I admit it. I’m addicted to Facebook. It’s a terrible time killer and keeps me from doing much more important things—like writing—but I can’t seem to help myself. Acknowledging my addiction is, however, the first step in getting a handle on it. And one of the ways I hope to manage my Facebook addiction is by using it as an opportunity to locate writing ideas.
You might wonder how a writer can find inspiration within the detritus that daily deluges one’s feed. Yes, it does require sifting and sorting and assessment of value—usually more trash than treasure. But I have discovered that value can occasionally be gleaned through posts by friends who disseminate interesting and useful information via Facebook. I can also use news (from reliable sources!) as the basis for potential stories. I regularly visit several Facebook groups I have joined based on my interests: local news, writing (mostly memoir and family history), books, retirement and genealogy, and these are fruitful sources for ideas as well.
During a brief browsing session, I identified ten potential ideas for writing:
Therapy horses; anniversary of the publication of Old Man and the Sea; Using Google instead of your brain; marching in support of reproductive rights; falling off the “Diet Wagon”; digital addictions; deriving meaning from online communities; kayaking; the beach; life as a retiree.
I don’t write fiction, so I am not planning to write a short story featuring one of these topics; I usually write in the personal essay genre, so my approach is going to be based on existing knowledge and, of course, interest as it relates to my life.
Motivating myself—remember, I am trying to write rather than use Facebook, which is quite a sad admission—I will choose three of the ten topics to begin a brainstorming session. I feel better already identifying what I am about to do as requiring cognitive ability. The three that most appeal to me are:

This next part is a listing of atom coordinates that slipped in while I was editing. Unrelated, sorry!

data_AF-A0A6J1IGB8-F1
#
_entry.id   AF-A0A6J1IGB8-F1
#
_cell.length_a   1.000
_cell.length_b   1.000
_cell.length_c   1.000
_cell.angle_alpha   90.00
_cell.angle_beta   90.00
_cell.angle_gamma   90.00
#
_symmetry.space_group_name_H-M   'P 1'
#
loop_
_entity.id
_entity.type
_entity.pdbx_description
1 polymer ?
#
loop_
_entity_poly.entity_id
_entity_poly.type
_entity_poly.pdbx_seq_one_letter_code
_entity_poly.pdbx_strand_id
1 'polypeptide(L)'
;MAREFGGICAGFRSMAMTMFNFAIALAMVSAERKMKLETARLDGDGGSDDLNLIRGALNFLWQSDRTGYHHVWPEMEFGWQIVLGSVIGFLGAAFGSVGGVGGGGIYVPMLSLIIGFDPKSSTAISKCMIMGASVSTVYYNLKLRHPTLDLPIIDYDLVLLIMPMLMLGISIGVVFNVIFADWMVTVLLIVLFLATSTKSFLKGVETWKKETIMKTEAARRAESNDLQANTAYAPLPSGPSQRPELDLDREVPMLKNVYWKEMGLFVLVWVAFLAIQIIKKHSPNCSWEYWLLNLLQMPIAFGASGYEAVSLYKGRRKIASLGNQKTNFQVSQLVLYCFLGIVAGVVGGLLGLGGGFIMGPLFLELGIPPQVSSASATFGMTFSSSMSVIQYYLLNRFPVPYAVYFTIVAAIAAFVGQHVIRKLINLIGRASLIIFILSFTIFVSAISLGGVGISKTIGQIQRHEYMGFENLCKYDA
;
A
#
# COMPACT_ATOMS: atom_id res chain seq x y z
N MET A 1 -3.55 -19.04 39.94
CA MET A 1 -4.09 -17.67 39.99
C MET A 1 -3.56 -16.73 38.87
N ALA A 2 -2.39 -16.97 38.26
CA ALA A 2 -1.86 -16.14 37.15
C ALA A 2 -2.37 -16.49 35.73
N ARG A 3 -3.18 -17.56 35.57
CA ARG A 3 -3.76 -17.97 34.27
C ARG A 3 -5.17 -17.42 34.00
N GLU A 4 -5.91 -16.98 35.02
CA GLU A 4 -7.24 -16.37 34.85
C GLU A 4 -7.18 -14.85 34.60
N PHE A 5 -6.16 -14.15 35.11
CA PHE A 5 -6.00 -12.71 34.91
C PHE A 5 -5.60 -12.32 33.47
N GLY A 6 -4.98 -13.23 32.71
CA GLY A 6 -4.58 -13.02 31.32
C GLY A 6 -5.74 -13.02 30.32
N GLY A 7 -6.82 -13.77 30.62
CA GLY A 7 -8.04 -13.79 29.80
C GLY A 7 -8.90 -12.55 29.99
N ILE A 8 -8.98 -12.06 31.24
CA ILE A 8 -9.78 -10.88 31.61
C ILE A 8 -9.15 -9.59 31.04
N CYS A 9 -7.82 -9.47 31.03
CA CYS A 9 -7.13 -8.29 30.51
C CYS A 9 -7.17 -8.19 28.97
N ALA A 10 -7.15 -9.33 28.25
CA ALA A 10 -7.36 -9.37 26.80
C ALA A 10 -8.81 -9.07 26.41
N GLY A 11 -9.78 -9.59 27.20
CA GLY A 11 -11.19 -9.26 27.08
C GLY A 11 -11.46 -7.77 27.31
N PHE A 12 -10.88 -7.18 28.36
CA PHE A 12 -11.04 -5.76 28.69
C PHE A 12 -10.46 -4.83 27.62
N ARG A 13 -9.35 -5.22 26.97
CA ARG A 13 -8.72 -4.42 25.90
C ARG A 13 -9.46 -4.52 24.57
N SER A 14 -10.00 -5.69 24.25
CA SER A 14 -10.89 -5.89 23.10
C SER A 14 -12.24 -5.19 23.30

1. Using Google instead of your brain
2. Deriving meaning from online communities
3. Life as a retiree
Here’s my review of the three potential ideas:
Googling is, of course, an activity most of us take for granted. Ease of access to information motivates our use of Google—why shouldn’t we look something up? I believe the “instead of your brain” portion of the equation considers how we might be too lazy to engage in the act of recall. Maybe it’s enough for us to realize that we once knew the answer to a question, and we don’t need to waste time digging in our aging brains. On the other hand, using Google can be seen as an opportunity to expand our worldview and knowledge base. At this point, I don’t feel motivated to further explore this issue, although I will likely return to it later.
I’ve already described that I look to Facebook groups for inspiration, so of course I could conduct an exploration of some of those groups and discuss my engagement in the group, how useful I find it and how it provides me with information and ideas. Or I could examine some of the dialogue that ensues following a member’s post. Better yet, I might write about a discussion that develops from one of my own posts.